Identified cell-type information from kidney data from the MCA and TM datasets overlaid onto the t-SNE plot. a, The t-SNE plots present the alignment of 14 previously identified cell types in the kidney from the MCA dataset before and after using four batch-correction methods. b, The t-SNE plots present the alignment of 6 previously identified cell types in kidney from the TM dataset before and after using the four batch-correction methods.

Additional file 5 : Figure S5.

Unsupervised clustering results for kidney data from the MCA and TM. a, The t-SNE plots visualize the results of unsupervised clustering of the MCA kidney data before and after using four batch-correction methods. b, ASW_cluster (boxplot) measures the degree of aggregation of the Louvain clusters in the MCA kidney data. c, The t-SNE plots visualize the results of unsupervised clustering of the TM kidney data before and after using four batch-correction methods. d, ASW_cluster (boxplot) measures the degree of aggregation of the Louvain clusters in the TM kidney data. ***p < 0.001; the Wilcoxon signed-rank test with Benjamini and Hochberg correction was performed on each of the four postcorrection groups and the baseline group.

Additional file 6 : Figure S6.

Identified cell-type information from multitissue data from the MCA and TM database overlaid onto the t-SNE plot. a, The t-SNE plots present the alignment of 26 previously identified cell types in multiple tissues from the MCA dataset before and after using four batch-correction methods. b, The t-SNE plots present the alignment of 24 previously identified cell types in multiple tissues from the TM dataset before and after using four batch-correction methods.

Additional file 7 : Figure S7.

Unsupervised clustering results for multitissue data from the MCA and TM datasets. a, The t-SNE plots visualize the results of the unsupervised clustering of MCA multitissue data before and after using four batch-correction methods. b, ASW_cluster (boxplot) measures the degree of aggregation of the Louvain clusters in the MCA multitissue data. c, The t-SNE plots visualize the results of the unsupervised clustering of the TM multitissue data before and after using four batch-correction methods. d, ASW_cluster (boxplot) measures the degree of aggregation of the Louvain clusters in the TM multitissue data. **p < 0.01, ***p < 0.001; the Wilcoxon signed-rank test with Benjamini and Hochberg correction was performed between each of the four postcorrection groups and the baseline group.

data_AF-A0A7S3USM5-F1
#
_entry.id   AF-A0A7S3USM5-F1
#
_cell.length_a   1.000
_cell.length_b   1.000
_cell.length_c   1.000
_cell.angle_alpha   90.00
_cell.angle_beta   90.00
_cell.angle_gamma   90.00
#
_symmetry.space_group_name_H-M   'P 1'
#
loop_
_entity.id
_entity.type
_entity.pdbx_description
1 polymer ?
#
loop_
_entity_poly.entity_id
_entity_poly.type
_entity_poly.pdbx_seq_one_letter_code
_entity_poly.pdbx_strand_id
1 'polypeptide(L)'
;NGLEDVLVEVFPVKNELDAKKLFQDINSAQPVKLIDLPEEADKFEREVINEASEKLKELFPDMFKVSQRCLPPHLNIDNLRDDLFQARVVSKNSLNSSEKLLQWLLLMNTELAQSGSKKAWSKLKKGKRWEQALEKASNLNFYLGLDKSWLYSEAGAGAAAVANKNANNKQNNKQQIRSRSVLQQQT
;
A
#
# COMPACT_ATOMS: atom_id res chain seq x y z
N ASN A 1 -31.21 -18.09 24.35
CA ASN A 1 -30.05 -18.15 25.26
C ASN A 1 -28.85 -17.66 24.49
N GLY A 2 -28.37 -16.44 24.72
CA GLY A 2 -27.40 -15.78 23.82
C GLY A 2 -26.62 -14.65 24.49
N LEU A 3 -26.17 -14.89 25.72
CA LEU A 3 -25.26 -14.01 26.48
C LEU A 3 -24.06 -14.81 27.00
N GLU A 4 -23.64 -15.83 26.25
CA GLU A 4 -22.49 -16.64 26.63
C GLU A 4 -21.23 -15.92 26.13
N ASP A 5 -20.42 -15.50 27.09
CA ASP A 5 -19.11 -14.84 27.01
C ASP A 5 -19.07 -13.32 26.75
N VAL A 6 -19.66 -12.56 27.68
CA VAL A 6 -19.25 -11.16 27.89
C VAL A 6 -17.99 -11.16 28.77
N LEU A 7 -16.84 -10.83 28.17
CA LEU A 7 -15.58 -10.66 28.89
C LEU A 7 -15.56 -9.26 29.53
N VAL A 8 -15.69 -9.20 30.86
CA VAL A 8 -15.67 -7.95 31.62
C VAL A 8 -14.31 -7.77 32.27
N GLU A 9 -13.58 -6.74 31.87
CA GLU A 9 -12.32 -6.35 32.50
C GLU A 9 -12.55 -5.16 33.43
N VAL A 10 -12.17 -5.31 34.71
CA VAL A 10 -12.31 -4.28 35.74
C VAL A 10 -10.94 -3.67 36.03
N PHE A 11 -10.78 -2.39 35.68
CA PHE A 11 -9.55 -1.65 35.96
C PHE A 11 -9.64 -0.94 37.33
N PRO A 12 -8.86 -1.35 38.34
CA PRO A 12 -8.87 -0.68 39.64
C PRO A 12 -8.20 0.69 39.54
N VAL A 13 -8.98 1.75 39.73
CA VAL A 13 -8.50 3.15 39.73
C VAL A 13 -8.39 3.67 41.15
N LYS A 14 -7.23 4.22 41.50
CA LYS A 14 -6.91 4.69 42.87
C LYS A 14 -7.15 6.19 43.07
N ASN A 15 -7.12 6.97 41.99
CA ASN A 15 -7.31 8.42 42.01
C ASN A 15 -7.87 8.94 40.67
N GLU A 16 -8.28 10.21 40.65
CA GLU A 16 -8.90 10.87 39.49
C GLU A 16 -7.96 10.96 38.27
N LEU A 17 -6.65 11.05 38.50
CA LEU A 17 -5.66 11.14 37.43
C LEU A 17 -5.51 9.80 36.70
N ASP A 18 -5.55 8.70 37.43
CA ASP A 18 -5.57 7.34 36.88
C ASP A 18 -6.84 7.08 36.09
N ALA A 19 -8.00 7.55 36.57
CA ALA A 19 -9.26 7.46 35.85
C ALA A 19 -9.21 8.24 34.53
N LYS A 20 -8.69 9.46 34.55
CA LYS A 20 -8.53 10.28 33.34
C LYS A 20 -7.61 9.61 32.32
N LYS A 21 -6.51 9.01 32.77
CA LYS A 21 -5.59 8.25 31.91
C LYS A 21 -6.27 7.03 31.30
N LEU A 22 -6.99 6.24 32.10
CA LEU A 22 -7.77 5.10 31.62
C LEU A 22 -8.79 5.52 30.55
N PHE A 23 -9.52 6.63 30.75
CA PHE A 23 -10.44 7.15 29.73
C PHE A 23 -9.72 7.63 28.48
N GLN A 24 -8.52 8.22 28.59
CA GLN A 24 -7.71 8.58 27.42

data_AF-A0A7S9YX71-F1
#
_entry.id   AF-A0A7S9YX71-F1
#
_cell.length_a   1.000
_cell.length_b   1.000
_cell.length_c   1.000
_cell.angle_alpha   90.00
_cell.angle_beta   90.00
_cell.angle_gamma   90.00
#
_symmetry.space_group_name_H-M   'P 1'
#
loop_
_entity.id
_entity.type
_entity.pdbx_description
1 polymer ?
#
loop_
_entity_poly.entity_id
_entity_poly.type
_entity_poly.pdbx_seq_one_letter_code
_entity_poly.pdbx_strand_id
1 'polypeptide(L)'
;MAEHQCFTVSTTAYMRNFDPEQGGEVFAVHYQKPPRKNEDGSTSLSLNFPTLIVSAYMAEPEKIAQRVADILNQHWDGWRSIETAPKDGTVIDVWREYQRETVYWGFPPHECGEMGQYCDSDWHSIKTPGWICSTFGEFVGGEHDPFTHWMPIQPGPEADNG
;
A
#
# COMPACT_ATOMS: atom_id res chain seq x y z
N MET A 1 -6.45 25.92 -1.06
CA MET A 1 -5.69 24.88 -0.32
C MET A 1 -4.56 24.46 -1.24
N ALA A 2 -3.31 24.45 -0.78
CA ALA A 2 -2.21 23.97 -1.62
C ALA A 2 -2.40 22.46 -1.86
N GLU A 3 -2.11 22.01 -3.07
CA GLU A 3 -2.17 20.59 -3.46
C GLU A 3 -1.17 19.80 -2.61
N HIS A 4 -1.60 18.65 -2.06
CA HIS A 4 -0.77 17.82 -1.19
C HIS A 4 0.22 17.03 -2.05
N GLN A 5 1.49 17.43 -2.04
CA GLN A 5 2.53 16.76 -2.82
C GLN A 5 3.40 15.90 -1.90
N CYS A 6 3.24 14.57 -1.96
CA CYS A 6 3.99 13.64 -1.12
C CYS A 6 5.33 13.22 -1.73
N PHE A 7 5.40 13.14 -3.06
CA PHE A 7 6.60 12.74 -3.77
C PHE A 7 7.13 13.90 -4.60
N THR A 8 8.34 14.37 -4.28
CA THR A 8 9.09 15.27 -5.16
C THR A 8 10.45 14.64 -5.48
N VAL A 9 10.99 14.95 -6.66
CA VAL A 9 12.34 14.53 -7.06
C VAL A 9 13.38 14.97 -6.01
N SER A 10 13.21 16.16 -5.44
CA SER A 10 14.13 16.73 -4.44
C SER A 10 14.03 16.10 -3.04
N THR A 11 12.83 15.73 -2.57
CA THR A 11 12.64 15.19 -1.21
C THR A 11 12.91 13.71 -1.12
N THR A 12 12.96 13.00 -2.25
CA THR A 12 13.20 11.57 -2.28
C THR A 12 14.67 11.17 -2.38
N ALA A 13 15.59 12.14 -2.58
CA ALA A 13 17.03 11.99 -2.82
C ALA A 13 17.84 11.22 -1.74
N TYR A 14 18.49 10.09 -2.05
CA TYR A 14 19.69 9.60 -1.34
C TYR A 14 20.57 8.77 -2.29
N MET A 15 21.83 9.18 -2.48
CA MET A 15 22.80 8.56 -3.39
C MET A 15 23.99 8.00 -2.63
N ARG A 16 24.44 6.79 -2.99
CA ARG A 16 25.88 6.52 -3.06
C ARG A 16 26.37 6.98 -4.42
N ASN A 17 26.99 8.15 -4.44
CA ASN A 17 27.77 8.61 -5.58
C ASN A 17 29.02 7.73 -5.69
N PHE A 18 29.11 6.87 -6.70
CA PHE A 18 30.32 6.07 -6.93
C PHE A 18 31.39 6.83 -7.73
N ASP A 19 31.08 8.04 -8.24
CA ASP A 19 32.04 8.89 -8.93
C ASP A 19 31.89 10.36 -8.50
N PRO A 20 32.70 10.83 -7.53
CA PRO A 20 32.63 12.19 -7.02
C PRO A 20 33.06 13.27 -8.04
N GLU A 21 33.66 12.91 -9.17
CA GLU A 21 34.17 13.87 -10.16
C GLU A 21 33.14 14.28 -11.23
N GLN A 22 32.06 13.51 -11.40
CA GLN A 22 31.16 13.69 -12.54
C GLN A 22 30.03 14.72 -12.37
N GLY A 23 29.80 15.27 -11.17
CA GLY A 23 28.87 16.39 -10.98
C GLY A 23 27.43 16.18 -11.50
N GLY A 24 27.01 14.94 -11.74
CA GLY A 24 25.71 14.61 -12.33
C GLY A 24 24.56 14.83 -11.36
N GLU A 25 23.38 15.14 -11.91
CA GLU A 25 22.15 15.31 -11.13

Additional file 8 : Figure S8.

Quantitative indicators evaluate the batch-correction results from the TM_P4 and TM_P7 datasets. a, ASW_batch (boxplot), ASW_cluster (boxplot) and the kBET rejection rate (line chart) evaluate the batch-correction effect in the TM_P4 data. b, ASW_batch (boxplot), ASW_cluster (boxplot) and kBET rejection rate (line chart) evaluate the batch-correction effect in the TM_P7 data. **p < 0.01, ***p < 0.001; the Wilcoxon signed-rank test with Benjamini and Hochberg correction was performed between each of the four postcorrection groups and the baseline group.

Additional file 9 : Figure S9.

Computing time costs of the 4 batch-correction methods in processing 9 datasets. a, A line chart presents the computing time costs of the 4 batch-correction methods in 4 small datasets (< 10,000 cells and < 10 batches). b, A line chart presents the computing time costs of the 4 batch-correction methods in 5 large datasets (> 10,000 cells or > 10 batches).

Additional file 10 : Table S1.

Computing time of the 4 batch-correction methods under different conditions. Record of the computing time of the 4 batch-correction methods (Regress_Out, ComBat, Scanorama and MNN_Correct) in processing 9 datasets independently.

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Li, J., Yu, C., Ma, L. et al. Comparison of Scanpy-based algorithms to remove the batch effect from single-cell RNA-seq data. Cell Regen 9, 10 (2020). https://doi.org/10.1186/s13619-020-00041-9